Celebrating Mother's Day with a mom in long-term care
Posted May 4
Mother’s Day often inspires images of breakfast in bed, a relaxing brunch, or even a phone call to connect with mom. However, for many, the realities of a parent in an assisted living facility or suffering with a cognitive disease such as Alzheimer’s or dementia bring sadness. With dementia and Alzheimer’s, the dynamics of a relationship change, and so do Mother’s Day celebrations. For children with parents who fit this description, dreading Mother’s Day is normal.
However, with some preparation, you can help ease the pain of Mother’s Day and make the day a little more sweet for you and your mom. Here are 5 ideas to help you do that:
1. Go slow
Depending on the stage of Alzheimer’s or dementia your mother is experiencing, you’ll need to go at that pace. In the early stages, brunch or breakfast will be a good time to connect. It doesn’t have to be about reliving memories, but just connecting in the present. If your mom is in the later stages, that may be too much, but just visiting with no expectations about what she may or may not remember is important.
2. Get assistance from the staff
If your mother is in an assisted living facility, be sure to reach out to the staff beforehand to get ideas for things to do. Many facilities are willing to help plan an activity and prepare your mom for your visit. The staff will also be aware of recent concerns and can help set expectations.
At Parke View Rehabilitation in Burley, Idaho, the staff has a celebration event with dessert and a time to discuss and remember mom. “The past two years, this event has provided a time for all of us to cook together and discuss what our moms did for us,” Shiloh Sorensen, activities director at Parke View Rehabilitation said. “When the activity is done, we set out puzzles, art projects, music, and games so families can interact while they are visiting.”
3. Keep it short
There is no need to have a visit last all day if that isn’t practical. Coming by for a scheduled visit for an hour will make the visit less stressful and more meaningful. You can either come prepared with an activity or have a moment to sit in the common area or outside if the weather is nice.
4. Connect through a hobby or music
Studies have shown that patients with cognitive disabilities are soothed through music and familiarity.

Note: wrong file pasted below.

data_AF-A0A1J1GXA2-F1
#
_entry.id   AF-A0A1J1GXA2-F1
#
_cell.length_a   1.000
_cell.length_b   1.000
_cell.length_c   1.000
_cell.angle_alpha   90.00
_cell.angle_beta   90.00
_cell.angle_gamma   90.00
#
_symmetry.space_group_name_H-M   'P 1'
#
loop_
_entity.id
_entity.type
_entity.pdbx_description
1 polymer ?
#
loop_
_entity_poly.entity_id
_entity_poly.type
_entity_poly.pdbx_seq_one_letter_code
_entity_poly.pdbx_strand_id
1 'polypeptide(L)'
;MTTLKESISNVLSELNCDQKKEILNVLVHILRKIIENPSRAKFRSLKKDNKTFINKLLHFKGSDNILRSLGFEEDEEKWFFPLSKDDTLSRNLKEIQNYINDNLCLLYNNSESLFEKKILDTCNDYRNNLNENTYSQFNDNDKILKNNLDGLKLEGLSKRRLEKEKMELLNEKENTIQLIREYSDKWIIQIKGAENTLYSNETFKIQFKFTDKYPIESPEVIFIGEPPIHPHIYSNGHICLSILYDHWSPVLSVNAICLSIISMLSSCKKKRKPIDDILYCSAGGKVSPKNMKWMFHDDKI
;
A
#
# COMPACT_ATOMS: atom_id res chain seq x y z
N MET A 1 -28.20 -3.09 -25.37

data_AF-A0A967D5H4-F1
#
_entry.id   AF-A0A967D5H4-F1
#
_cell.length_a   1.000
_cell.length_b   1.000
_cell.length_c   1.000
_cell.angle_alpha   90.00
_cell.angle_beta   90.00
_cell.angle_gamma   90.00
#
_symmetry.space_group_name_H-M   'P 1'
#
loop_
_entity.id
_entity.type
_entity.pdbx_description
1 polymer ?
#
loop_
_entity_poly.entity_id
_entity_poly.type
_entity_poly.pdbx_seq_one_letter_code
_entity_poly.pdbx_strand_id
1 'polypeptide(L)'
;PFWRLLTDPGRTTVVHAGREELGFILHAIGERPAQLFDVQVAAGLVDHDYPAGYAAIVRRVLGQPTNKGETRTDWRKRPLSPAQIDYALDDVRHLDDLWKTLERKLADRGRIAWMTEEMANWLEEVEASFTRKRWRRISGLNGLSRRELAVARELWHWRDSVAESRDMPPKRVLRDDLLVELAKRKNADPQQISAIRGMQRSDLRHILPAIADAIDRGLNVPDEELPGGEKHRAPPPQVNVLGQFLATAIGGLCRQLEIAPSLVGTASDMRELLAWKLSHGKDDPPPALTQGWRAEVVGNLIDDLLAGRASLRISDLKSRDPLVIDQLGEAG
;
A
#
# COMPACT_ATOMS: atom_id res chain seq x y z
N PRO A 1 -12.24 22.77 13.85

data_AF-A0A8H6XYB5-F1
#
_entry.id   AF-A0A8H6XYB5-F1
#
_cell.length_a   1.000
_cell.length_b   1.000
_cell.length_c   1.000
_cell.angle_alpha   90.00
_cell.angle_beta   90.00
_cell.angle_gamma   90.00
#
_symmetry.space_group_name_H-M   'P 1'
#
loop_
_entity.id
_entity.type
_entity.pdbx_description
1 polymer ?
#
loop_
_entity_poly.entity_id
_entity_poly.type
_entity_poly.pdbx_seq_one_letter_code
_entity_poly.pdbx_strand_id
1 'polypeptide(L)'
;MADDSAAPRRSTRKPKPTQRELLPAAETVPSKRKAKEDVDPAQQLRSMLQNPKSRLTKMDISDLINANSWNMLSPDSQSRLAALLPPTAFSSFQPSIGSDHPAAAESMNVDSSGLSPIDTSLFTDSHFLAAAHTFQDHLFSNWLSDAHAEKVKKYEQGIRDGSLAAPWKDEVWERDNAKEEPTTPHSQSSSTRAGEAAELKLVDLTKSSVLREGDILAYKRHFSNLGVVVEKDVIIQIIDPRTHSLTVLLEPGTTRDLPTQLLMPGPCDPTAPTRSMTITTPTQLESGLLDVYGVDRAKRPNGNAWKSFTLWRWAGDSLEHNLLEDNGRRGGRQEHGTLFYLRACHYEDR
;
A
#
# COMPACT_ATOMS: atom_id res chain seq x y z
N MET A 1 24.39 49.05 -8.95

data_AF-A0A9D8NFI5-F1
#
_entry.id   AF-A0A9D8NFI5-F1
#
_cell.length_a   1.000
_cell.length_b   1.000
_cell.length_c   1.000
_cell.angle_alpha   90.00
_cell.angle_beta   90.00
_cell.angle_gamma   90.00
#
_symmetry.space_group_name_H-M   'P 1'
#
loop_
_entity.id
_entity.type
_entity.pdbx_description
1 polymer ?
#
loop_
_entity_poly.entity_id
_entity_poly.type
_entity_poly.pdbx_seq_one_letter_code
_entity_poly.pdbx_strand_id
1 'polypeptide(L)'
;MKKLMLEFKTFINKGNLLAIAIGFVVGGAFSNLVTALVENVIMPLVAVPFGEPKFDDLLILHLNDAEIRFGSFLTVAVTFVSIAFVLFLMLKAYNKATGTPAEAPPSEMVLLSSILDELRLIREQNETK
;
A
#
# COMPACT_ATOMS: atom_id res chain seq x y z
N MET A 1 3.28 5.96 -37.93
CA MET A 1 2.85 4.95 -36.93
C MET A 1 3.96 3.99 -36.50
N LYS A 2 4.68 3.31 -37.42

“Visit mom and do something that she always loved doing. Don’t expect her to remember how, but enjoy the activity with her,” Tracy Jenkins, executive director at Hurricane Health and Rehabilitation suggests. “If she always loved to sew or knit, sit down with her at a table and knit a small item where she can watch. Remember that some of the most heartfelt moments with someone who has memory loss involve very few words.”
Bring old photo albums and let your mom tell stories if she remembers any. If not, you can either fill in the blanks or create your own stories. You can also bring a CD or iPod with songs from her childhood. If your mom liked to paint, write letters, or participate in any other hobbies, see if the staff can accommodate a short session. Other ideas include doing your mom’s nails, arranging for a haircut or hand massage, or bringing by a bouquet of her favorite flowers.
5. Be flexible
In many cases, your mom won’t understand the importance of Mother’s Day, and setting expectations for a perfect day will lead to disappointment. If things don’t go well, it’s okay to cut the visit short or ask for help.
“Try to enjoy an activity with your mother by trying not to correct her, but go along in the world she is experiencing at the moment,” said Sorensen. “This can make her feel more at ease and not confused.”
Your relationship with your mother has most likely changed, and it’s okay to feel sad or even angry about the expectations Mother’s Day brings. “Remember that your mother is still in there,” Jenkins said. “She still has all the talents, abilities, personality, love and devotion that she ever had. She just can’t access them all right now. She may not remember your name or even who you are, but her soul remembers and loves you.”
In all the expectation and commotion of Mother’s Day, do not forget to be gentle with yourself and take care of any needs you have as well. Whether or not you have anything special planned, or just let a simple phone call suffice, your love for her is not diminished.
Emily Ellsworth is a blogger at Emily's Reading Room, where she has been writing about all things reading since 2009. For book reviews, author interviews, and more about the latest in young adult fiction, visit her blog at emilysreadingroom.com.